I have inherited a simple RedHat 5 - 64bit platform.

It has SCSI disks on RAID1, with 16GB of RAM. Double Core CPU.

Oracle 10g, Release 2.

This would be a decent platform for running the DB only, perhaps, but the same server in an "A-A mode" clustering (very simple) also runs Tomcat and there are several Java servlets running on this.

Sadly there is no caching platform etc. We only use an external CDN for some html caching.

I am personally more familiar with web environments on the LAMPP platform (apache, php, mysql, postgresql).

PROBLEM: Because the server has both Tomcat JSP/Java and Oracle 10g running on the same server, with no caching, I have some issues of the server going down. Often, sadly.

QUESTION: What are my options in terms of improving performance of all these different apps?

  • Connection Pooling? Example, in Postgresql world we have PgBouncer, which really helps things. Does Oracle have something similar? Or is there a famous Java-based external pooler that people use in production environments? (I'm not familiar with Java)

  • Any "SQL cache" as in the MySQL and Postgresql world?

  • Any other kind of application cache, as "APC" or "eAccelarator" in the PHP world?

  • The "OSCache" stuff from the Java world (JSP thingie I found on Google: http://onjava.com/pub/a/onjava/2005/01/05/jspcache.html?page=2)


What else?

Sorry if this is a noob question. I have googled and googled, but problem is I don't know what to google for, other than the broad general concepts above. So if not full answers, I would even appreciate basic pointers and I am happy to JFGI myself.



I believe Tomcat provides several options for connection pooling, although StackOverflow may be a better place to discuss these possibilities.

As for the rest:

Oracle bottlenecks and performance tuning is a wide and complicated field, and the same goes for J2EE applications, containers and caching.

A number of commercial and open source tools exist that should be of use, some go a long way towards both identifying possible problems and educating the user. One such commercial tool is Spotlight on Oracle by Quest Software. Quest also provides Performasure which I find to be an excellent solution for low level application diagnostics. http://www.quest.com/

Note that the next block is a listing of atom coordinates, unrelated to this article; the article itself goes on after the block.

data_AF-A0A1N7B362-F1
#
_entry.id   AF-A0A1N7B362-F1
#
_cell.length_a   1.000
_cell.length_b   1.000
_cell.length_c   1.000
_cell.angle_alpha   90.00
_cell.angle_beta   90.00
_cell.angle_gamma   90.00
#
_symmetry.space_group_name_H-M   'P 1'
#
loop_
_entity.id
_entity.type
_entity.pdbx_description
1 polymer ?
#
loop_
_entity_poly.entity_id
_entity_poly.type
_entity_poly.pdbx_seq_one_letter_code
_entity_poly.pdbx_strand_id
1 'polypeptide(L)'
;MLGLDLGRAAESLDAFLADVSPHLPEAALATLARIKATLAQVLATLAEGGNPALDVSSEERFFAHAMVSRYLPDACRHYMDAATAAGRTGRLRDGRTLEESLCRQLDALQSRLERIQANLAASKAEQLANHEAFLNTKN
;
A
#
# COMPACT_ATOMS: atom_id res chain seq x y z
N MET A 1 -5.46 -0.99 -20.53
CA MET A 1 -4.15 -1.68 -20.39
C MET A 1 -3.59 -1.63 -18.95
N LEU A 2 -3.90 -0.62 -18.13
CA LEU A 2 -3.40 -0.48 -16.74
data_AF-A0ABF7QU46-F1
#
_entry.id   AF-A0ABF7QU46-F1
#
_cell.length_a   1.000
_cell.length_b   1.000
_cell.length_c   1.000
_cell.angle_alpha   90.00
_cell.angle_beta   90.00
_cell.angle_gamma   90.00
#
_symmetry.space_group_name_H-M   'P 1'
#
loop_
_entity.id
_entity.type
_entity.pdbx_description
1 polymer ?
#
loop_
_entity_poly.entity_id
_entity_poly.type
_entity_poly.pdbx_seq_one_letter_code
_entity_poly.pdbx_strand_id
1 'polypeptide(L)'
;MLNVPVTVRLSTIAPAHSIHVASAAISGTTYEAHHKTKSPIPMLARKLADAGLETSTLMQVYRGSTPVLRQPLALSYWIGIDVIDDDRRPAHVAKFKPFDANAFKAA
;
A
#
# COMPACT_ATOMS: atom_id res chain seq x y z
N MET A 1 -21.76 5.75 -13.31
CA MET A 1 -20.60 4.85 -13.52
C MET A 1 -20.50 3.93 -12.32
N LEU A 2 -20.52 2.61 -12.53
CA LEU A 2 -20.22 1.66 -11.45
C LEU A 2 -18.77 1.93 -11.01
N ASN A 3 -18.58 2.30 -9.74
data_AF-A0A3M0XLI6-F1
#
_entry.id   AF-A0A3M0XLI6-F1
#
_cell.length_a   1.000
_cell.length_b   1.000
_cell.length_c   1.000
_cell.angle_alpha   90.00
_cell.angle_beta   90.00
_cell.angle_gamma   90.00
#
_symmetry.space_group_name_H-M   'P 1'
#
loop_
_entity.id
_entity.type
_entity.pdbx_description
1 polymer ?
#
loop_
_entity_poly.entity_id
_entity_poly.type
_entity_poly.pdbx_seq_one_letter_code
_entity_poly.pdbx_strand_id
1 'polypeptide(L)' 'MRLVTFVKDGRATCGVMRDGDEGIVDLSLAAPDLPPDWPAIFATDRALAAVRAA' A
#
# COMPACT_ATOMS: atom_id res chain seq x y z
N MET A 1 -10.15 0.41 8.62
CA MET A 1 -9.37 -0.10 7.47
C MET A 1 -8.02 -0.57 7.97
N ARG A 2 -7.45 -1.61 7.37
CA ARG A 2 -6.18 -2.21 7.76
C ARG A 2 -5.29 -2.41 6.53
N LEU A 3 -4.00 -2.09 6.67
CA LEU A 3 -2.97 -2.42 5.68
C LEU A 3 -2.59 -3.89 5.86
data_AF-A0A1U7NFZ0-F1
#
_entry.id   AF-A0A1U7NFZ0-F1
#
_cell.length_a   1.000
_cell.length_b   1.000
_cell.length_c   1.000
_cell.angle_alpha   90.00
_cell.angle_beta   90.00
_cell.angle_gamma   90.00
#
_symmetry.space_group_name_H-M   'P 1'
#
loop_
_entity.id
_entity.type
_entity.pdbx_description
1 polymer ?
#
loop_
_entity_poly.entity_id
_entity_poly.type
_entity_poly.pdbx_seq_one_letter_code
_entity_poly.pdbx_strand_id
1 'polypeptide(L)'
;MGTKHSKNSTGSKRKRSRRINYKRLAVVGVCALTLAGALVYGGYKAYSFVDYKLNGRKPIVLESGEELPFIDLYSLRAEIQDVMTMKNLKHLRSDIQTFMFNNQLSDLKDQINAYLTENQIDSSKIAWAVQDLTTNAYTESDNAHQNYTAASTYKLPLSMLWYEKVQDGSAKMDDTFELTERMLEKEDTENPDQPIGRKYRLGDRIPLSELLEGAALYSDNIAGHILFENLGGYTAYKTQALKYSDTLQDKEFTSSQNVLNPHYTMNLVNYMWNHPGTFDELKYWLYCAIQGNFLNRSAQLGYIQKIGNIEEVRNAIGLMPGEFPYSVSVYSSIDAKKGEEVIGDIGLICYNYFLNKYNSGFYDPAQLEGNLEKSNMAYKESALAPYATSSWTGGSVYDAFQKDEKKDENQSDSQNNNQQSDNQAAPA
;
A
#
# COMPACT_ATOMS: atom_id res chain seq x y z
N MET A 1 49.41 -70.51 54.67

Oracle provides a wealth of free documentation for their database platform on http://docs.oracle.com and http://tahiti.oracle.com including books on performance considerations and tuning.

Similarly, IBM Red Series include free books that cover performance tuning and bottlenecks related to anything from Oracle, J2EE, Linux, storage to generic system design. http://www.redbooks.ibm.com/

While not free, Oracle Database 10g Performance Tuning: Tips & Techniques is a great introductory book, so is Oracle Essentials: Oracle Database 10g if you need better understand the fundamentals of Oracle databases. You can read both online at http://www.safaribooks.com/ and I do believe they offer a free trial.

A good place to start, or at least as good as any, is to figure out what system resources are being strained, and who is using them. Is the CPU load high? If so, it caused by waiting on I/O? How is memory being used, is lack of memory causing additional I/O? Is the application or the database CPU intensive? Is the database workload CPU or I/O bound? Is the instability related to performance or could there be other issues on the system. Getting a few fundamental questions answered should at least get you on your way.


You should assure that the Tomcat JRE runs in server-mode (not client). This should be displayed on startup and is not always to be given. This should be an equal step to using eAccellerator in PHP-world - Servlets are compiled on load.

Connectionpooling is obviously neccessary. I don´t think there is a big chance to have an application without pooling. But better check it. E

In web applications I always got big improvements adding HTTP-Header (Pragma cache, Expires) to enforce caching static elements.

If you are capable of changing the programming, looking at SQL-Plans (explain) is always helpful ... it often showed me where I´m missing indexes.

And implementing caching of often used elements of course...

Another possibility to look could be increasing the Heap of the Tomcat (-Xmx....) - perhaps this helps if Tomcat runs out of memory and starts garbage collection.

What exactly do you mean with "going down"? Is the server getting slow or crashing?

Your Answer

By clicking “Post Your Answer”, you agree to our terms of service, privacy policy and cookie policy

Not the answer you're looking for? Browse other questions tagged or ask your own question.